12 Fafco solar panels; Purex Triton PowerMax 250 natural gas heater (200,000 BTU/hr output); automatic electric pool safety cover; 4-wheel pressure-side "The Pool Cleaner"

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    Re: Help!! Odor (like chlorine) smell that makes you cough

    When the pool was built it included a "puck" chlorinator, in addition they added a load of CYA during the initial start-up. I forget how high the CYA (somewhere around 100) was when I figured out they had screwed up.

    I have since removed the chlorinator, drained half the pool and refilled it. I added the bleach system after finding this web site. So, yes, there is some CYA still present. It is below 30. I lose the black dot when there is literally a water dome on the tube before the dot disappeared.

    The second bucket numbers were unchanged from the pre-test numbers. I stirred the buckets as you instructed but I did not spend more than 15 min stirring anything (except that saddistic CYA). Maybe I should re-run the test with more aggressive stirring.

    At this point with this coughing problem, my wife would probably donors here expensive kitchen mixer. I am willing to try whatever your next thoughts.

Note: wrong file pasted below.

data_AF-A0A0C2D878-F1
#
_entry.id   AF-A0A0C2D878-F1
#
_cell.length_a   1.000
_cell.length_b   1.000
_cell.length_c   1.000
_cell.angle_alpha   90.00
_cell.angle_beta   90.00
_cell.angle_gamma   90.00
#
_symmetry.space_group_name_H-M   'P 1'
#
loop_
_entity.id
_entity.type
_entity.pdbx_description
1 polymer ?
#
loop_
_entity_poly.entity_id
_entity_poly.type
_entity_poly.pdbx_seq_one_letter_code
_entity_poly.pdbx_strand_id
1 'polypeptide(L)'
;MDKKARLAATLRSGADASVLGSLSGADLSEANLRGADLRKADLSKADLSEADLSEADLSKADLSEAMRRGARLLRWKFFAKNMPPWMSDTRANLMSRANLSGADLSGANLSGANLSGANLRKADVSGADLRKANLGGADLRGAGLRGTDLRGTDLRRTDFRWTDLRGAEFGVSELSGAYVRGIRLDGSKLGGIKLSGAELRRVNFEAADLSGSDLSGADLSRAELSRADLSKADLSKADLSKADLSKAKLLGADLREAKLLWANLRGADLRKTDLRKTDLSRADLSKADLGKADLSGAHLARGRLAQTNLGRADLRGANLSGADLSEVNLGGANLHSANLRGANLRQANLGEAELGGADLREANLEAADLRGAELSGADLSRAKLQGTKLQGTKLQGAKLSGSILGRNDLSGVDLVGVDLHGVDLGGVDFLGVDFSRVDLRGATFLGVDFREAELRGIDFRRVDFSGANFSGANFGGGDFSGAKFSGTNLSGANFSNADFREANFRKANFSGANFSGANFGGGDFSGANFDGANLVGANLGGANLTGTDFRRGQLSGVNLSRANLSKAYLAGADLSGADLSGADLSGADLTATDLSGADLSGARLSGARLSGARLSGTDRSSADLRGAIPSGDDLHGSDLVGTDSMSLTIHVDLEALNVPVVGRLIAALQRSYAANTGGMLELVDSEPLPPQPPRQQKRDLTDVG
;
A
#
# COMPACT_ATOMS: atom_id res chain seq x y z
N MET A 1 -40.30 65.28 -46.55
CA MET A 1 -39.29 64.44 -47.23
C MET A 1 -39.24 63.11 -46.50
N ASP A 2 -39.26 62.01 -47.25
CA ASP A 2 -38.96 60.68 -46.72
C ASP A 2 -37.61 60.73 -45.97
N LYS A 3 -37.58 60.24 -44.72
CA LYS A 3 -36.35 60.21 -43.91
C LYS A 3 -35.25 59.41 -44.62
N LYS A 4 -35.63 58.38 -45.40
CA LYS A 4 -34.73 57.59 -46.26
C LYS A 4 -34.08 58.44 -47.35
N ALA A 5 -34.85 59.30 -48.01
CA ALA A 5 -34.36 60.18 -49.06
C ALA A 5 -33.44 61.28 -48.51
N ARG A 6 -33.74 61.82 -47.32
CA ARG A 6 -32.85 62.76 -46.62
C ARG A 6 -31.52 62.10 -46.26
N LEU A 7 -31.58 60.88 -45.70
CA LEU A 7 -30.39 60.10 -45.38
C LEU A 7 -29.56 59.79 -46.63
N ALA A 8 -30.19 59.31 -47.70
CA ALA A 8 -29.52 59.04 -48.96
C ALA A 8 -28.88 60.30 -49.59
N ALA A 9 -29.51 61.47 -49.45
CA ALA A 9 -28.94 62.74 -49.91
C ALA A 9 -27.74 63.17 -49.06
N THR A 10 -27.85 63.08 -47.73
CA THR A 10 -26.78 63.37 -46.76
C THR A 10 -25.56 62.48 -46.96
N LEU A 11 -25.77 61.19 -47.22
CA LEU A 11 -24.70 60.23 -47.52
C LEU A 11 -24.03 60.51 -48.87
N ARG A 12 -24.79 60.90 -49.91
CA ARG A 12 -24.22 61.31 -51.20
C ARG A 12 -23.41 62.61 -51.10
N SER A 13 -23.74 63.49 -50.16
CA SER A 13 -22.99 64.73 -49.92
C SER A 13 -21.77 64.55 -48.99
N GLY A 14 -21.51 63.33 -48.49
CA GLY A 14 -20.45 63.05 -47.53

Thanks. Jeff
    58,800 gal gunite INDOOR pool w/ spa
    automatic cover
    Jandy "stuff" - pumps, cartridge filter, aqua link
    CAT Controller 4000
    Stenner 30 gal (bleach) and 15 gal (acid)
    Puck chlorinator and Nature 2- gone
    Hi-Z Heater - natural gas

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    Re: Help!! Odor (like chlorine) smell that makes you cough

    I wouldn't bother redoing the second bucket test. So long as you stirred it and left it open for the same number of hours, that's good enough. You basically proved that intentionally making some monochloramine (and dichloramine) by adding ammonia will work to remove whatever is getting measured as CC, most likely nitrogen trichloride though I still don't understand why it's so high. At this point, whatever works is reasonable.

    So I'm going to figure that your CYA is probably between 25 and 30 ppm since it's a logarithmic scale as you can see on the tube. So having the FC at 10 ppm with the CYA in that range is definitely higher than you would normally want, especially for an extended period of time, and this would make more nitrogen trichloride than if the FC was more normal at around 2-3 ppm. Given your automatic dosing system, large pool, and relatively low bather load, I would think you would be able to keep the FC at 2 ppm fairly reliably which should help prevent this problem in the future. It should technically have the level of irritating nitrogen chloride be about 5 times lower than it is now. It would still be a good idea to air out the pool more in the future, but that's something where you can monitor the CC over time and just air it out longer if you start measuring CC.